Uncanny timing — within just a few days of posting an update about our daughter learning to eat real grown-up food with real grown-up silverware, I heard a blurb on the radio about some new study admonishing parents for introducing solid foods to their babies too early. It especially caught my attention because this latest big worrisome health risk was introducing solids before six months — and we introduced them with Lillian at four.
All I can say is that this is what our pediatrician recommended, and there’s no shortage of reputable websites saying “between 4 and 6 months, here are signs that your baby may be ready” (see here, here, and here for just a few examples). Reading up on it more, it seems like the news story was making the biggest deal about the percentage of babies starting on solid foods before four months — but even so, hearing about the six-month rule came as news to me.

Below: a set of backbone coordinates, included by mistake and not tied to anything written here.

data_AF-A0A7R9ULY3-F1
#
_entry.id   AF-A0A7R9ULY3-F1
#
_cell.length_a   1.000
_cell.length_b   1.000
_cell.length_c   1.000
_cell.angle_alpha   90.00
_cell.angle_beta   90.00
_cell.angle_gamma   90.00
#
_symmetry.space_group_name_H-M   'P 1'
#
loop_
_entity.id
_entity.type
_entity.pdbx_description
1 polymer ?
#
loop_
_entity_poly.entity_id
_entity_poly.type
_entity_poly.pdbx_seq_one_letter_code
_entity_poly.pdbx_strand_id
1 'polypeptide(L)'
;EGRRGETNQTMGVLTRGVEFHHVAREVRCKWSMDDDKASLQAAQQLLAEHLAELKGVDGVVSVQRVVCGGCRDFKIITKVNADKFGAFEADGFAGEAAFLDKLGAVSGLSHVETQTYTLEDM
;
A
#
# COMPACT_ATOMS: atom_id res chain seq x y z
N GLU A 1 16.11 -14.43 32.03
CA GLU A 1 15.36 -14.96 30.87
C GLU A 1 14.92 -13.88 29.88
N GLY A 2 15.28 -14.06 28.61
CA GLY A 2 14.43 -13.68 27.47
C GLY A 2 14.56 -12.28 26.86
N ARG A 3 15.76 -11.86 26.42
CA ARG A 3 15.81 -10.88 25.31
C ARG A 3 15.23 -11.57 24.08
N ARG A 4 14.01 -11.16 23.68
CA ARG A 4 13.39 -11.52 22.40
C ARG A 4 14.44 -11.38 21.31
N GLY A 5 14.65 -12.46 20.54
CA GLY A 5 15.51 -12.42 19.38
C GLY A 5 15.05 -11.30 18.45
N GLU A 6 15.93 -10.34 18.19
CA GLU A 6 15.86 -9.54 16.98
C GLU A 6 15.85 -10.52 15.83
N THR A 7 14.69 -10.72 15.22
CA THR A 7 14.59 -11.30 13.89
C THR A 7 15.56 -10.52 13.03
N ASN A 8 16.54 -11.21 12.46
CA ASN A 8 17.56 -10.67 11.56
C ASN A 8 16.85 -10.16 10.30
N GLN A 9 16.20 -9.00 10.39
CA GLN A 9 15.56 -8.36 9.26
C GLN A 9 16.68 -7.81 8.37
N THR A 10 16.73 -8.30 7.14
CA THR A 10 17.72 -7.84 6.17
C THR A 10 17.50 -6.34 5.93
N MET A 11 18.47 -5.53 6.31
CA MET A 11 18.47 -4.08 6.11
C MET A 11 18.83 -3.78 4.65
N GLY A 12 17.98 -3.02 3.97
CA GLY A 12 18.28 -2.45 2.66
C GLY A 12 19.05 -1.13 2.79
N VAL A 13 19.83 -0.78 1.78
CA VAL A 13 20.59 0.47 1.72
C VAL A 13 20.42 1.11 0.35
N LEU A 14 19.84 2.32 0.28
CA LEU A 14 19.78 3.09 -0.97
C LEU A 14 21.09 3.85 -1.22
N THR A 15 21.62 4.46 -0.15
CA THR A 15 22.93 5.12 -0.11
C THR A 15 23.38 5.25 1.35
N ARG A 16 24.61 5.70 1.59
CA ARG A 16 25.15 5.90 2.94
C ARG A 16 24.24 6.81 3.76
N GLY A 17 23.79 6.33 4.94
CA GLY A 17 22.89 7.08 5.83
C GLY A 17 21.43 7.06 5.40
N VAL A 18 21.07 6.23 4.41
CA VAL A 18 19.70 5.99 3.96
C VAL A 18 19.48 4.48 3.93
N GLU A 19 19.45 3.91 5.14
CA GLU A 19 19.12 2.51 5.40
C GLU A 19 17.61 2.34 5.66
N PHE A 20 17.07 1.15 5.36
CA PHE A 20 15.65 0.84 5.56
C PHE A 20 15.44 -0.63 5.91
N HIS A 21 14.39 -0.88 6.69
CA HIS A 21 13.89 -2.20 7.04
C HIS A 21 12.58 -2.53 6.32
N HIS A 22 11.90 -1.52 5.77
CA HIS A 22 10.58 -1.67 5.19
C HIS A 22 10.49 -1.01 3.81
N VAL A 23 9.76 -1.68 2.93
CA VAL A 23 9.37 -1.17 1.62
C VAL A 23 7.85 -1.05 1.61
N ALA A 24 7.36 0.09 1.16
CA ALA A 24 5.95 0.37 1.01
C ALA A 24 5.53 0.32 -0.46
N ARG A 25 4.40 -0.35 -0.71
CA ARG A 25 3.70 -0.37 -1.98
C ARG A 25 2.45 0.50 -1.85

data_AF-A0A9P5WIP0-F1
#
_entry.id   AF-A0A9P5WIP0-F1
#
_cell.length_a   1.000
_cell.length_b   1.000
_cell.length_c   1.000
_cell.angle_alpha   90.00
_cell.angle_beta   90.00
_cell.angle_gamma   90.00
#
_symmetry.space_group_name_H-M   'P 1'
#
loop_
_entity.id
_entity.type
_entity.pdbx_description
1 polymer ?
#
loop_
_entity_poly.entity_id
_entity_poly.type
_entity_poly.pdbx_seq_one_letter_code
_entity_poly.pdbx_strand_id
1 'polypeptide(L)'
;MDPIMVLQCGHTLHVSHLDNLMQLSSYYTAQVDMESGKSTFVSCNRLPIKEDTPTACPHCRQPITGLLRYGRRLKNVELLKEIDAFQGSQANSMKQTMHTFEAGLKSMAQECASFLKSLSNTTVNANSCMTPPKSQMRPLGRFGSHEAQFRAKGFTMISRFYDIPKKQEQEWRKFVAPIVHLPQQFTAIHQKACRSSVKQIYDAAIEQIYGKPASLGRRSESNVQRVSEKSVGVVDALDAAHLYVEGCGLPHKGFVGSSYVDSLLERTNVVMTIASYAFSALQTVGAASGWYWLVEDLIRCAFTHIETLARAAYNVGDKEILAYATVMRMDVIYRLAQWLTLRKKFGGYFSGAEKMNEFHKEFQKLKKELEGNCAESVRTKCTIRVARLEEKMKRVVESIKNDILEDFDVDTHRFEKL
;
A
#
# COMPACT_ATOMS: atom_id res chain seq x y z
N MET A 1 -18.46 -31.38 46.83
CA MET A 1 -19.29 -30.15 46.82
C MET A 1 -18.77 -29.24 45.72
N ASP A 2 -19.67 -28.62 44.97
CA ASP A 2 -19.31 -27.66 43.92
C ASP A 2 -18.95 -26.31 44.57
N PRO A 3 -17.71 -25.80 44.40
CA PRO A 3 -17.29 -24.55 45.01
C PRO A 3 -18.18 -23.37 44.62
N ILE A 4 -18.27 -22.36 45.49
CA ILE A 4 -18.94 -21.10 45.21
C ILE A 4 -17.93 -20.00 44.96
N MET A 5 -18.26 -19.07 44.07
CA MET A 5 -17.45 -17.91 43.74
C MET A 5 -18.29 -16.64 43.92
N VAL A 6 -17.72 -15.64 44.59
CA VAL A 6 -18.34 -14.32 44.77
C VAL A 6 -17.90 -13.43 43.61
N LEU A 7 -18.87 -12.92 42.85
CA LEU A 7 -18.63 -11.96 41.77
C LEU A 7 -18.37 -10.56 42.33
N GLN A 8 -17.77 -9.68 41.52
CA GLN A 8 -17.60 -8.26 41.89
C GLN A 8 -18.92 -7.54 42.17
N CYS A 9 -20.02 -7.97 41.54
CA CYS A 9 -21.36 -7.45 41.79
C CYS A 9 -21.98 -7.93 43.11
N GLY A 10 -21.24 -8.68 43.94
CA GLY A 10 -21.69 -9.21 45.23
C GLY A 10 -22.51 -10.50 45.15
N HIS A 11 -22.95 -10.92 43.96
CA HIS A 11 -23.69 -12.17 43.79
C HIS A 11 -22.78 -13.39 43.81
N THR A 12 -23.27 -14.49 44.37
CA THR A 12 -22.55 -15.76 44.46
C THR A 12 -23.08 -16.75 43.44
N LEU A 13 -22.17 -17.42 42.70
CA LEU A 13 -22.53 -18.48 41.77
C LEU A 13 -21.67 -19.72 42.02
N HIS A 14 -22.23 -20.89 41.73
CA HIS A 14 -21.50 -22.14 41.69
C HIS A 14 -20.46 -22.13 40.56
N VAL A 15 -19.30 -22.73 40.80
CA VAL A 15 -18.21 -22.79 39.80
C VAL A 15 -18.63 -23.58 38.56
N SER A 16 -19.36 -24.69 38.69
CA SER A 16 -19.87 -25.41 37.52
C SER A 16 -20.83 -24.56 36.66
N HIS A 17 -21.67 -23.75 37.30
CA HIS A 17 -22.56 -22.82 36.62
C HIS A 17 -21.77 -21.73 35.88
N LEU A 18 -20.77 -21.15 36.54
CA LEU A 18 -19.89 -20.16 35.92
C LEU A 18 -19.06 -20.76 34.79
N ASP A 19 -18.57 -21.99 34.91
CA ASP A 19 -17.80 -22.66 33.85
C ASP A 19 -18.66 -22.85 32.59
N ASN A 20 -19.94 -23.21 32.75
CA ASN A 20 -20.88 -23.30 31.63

More details about this latest big “you’re doing it wrong, parents” newsflash can be found in this New York Times article, but one of the parts I found most interesting was this little snippet about why the recommendation was raised in the first place:
For at least 20 years, the American Academy of Pediatrics had advised against feeding babies solid food before they turned at least 4 months old. Last year, encouraged by growing evidence of the health benefits of breast milk, the group raised that age, saying babies should be fed nothing but breast milk for six months.
So I guess it’s reassuring that the new recommendation apparently has more to do with promoting breastfeeding (because Breast Is Beast, didn’t you know?) rather than new evidence showing some major harm to introducing solid foods before six months, or something of that nature.
But most reassuring of all? I daresay our daughter isn’t the slightest bit worse off for having her parents unwittingly defy the AAP’s six month recommendation — and I suspect the same applies to the millions of children born and fed by well-meaning parents in the 20+ years before this edict was handed down.
How do you feel about these kinds of changing health recommendations, and the way they’re presented in the media? To any parents reading, when did you start your babies on solid foods? Have the recommendations changed since then? I’d be curious to hear any thoughts on this matter in the comments.